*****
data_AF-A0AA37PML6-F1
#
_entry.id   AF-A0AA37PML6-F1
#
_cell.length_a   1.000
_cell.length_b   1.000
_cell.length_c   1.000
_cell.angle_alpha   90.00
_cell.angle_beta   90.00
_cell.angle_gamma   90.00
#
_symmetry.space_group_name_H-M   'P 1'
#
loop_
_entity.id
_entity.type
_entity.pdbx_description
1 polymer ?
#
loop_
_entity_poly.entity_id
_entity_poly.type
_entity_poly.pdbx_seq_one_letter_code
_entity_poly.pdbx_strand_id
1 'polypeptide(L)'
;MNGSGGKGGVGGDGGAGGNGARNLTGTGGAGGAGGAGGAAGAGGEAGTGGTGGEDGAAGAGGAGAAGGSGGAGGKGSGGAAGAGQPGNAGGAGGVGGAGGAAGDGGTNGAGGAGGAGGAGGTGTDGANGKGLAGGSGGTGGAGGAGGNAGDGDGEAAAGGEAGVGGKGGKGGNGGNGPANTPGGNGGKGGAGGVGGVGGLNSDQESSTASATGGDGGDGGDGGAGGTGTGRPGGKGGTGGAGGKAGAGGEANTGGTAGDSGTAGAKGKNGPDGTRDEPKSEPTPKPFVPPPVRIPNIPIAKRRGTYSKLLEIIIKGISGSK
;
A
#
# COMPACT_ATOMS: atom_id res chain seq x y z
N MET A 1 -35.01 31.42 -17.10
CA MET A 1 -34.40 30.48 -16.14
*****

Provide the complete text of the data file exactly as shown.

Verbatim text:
data_AF-A0AA37PML6-F1
#
_entry.id   AF-A0AA37PML6-F1
#
_cell.length_a   1.000
_cell.length_b   1.000
_cell.length_c   1.000
_cell.angle_alpha   90.00
_cell.angle_beta   90.00
_cell.angle_gamma   90.00
#
_symmetry.space_group_name_H-M   'P 1'
#
loop_
_entity.id
_entity.type
_entity.pdbx_description
1 polymer ?
#
loop_
_entity_poly.entity_id
_entity_poly.type
_entity_poly.pdbx_seq_one_letter_code
_entity_poly.pdbx_strand_id
1 'polypeptide(L)'
;MNGSGGKGGVGGDGGAGGNGARNLTGTGGAGGAGGAGGAAGAGGEAGTGGTGGEDGAAGAGGAGAAGGSGGAGGKGSGGAAGAGQPGNAGGAGGVGGAGGAAGDGGTNGAGGAGGAGGAGGTGTDGANGKGLAGGSGGTGGAGGAGGNAGDGDGEAAAGGEAGVGGKGGKGGNGGNGPANTPGGNGGKGGAGGVGGVGGLNSDQESSTASATGGDGGDGGDGGAGGTGTGRPGGKGGTGGAGGKAGAGGEANTGGTAGDSGTAGAKGKNGPDGTRDEPKSEPTPKPFVPPPVRIPNIPIAKRRGTYSKLLEIIIKGISGSK
;
A
#
# COMPACT_ATOMS: atom_id res chain seq x y z
N MET A 1 -35.01 31.42 -17.10
CA MET A 1 -34.40 30.48 -16.14